Sharon Christa Corrigan was a seventh grader in Framingham, Massachusetts, on May 5, 1961, the day Alan Shepard became the first American to fly into space. Christa, as everyone called her, joined classmates to watch the launch on a portable TV in the school cafeteria. The grainy black-and-white screen showed Shepard in his cramped capsule atop an eighty-foot Mercury-Redstone rocket that could launch him skyward or blow him to bits. After three hours of glitches and delays, Shepard was pissed. He radioed Launch Control: “Fix your little problems,” he said, “and light this candle.”
Christa Corrigan grew up with the space program. Her favorite TV hero was Superman, the man who flew faster than rockets. Her political hero was President Kennedy, who announced that the United States would put a man on the moon before the decade was out. As a schoolgirl she followed Shepard’s suborbital flight and safe landing, John Glenn’s 1962 orbits of Earth, and the rest of the Mercury and Gemini programs. She thought it would be neat to be an astronaut, but Christa was a practical person. America was out to put a man on the moon, not a robot, a monkey, or a woman. She wouldn’t have made much of an astronaut anyway, a chubby Girl Scout with no knack for science or math who got sick to her stomach on carnival rides.
She had barely survived to go to school in the first place. As an infant, she spent her first few weeks fighting a gastrointestinal illness, wailing and wasting away at Boston Children’s Hospital while her parents held her little hands and prayed. Doctors kept the baby alive by poking tubes into her arms and scalp, feeding her a mixture of glucose and water until a new antibiotic, Aureomycin, saved her life. After that she kept charging at life as if life was a gift. As a toddler, she rode her tricycle into traffic on busy Columbia Street. Three-year-old Christa pedaled for all she was worth, cars zipping by in both directions. The family dog, a mutt named Teddy, took off after her. Teddy yapped and ran circles around the little girl on the trike until traffic stopped. Grace Corrigan corralled her daughter and led her home, giving thanks to Saint Christopher, the patron saint of travelers, for whom the girl was named.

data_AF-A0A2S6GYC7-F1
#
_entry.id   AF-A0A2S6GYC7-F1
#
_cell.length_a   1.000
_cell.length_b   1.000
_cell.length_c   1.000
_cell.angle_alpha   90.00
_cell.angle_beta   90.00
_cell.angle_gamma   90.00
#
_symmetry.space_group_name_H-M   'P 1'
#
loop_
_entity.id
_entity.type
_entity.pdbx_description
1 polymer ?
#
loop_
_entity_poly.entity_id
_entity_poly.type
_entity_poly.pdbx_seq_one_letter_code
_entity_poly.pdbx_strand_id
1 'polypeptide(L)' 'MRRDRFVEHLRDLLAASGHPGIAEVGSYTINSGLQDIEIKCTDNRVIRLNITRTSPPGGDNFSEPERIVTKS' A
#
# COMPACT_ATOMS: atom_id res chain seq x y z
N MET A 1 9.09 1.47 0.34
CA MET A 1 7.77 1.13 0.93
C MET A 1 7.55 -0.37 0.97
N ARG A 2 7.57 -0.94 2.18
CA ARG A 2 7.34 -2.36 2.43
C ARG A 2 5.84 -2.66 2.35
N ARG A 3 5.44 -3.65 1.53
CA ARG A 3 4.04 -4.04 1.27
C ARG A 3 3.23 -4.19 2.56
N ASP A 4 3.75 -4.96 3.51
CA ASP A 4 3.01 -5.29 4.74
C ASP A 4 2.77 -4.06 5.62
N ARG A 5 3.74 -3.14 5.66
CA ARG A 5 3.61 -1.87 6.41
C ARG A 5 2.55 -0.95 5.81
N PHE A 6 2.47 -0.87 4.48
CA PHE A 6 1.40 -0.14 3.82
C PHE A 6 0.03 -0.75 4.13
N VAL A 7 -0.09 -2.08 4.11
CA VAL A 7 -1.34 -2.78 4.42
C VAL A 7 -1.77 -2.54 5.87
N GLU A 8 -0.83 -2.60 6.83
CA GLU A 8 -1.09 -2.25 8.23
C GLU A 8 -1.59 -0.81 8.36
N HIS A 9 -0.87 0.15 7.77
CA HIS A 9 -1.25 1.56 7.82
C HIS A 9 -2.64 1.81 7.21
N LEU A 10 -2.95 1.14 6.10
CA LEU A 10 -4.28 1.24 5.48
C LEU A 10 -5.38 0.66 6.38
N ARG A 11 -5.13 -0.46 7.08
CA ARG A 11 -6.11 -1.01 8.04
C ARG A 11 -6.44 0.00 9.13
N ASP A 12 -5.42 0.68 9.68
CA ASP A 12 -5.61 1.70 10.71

As an overachieving high schooler, “there was a special vibrancy to her,” recalled one of the nuns who taught her at Framingham’s Marian High School. While babysitting four younger siblings, taking piano and guitar lessons, and working on weekends at a dry cleaner, Christa found time to join the glee club, drama club, German club, ceramics club, girls’ basketball team, and student council, and to play a singing nun in a school production of The Sound of Music. An “average student” in her own estimation, she worked hard to make more As than Bs.
Classmates like Steve McAuliffe, the Clark Kent look-alike who became her boyfriend, spent senior year fielding college scholarship offers. Christa got none. A guidance counselor told her that a girl like her had four practical options: she could be a secretary, a nurse, a stewardess, or a teacher.
Christa couldn’t type. She couldn’t stand the sight of blood. The thought of flying made her queasy.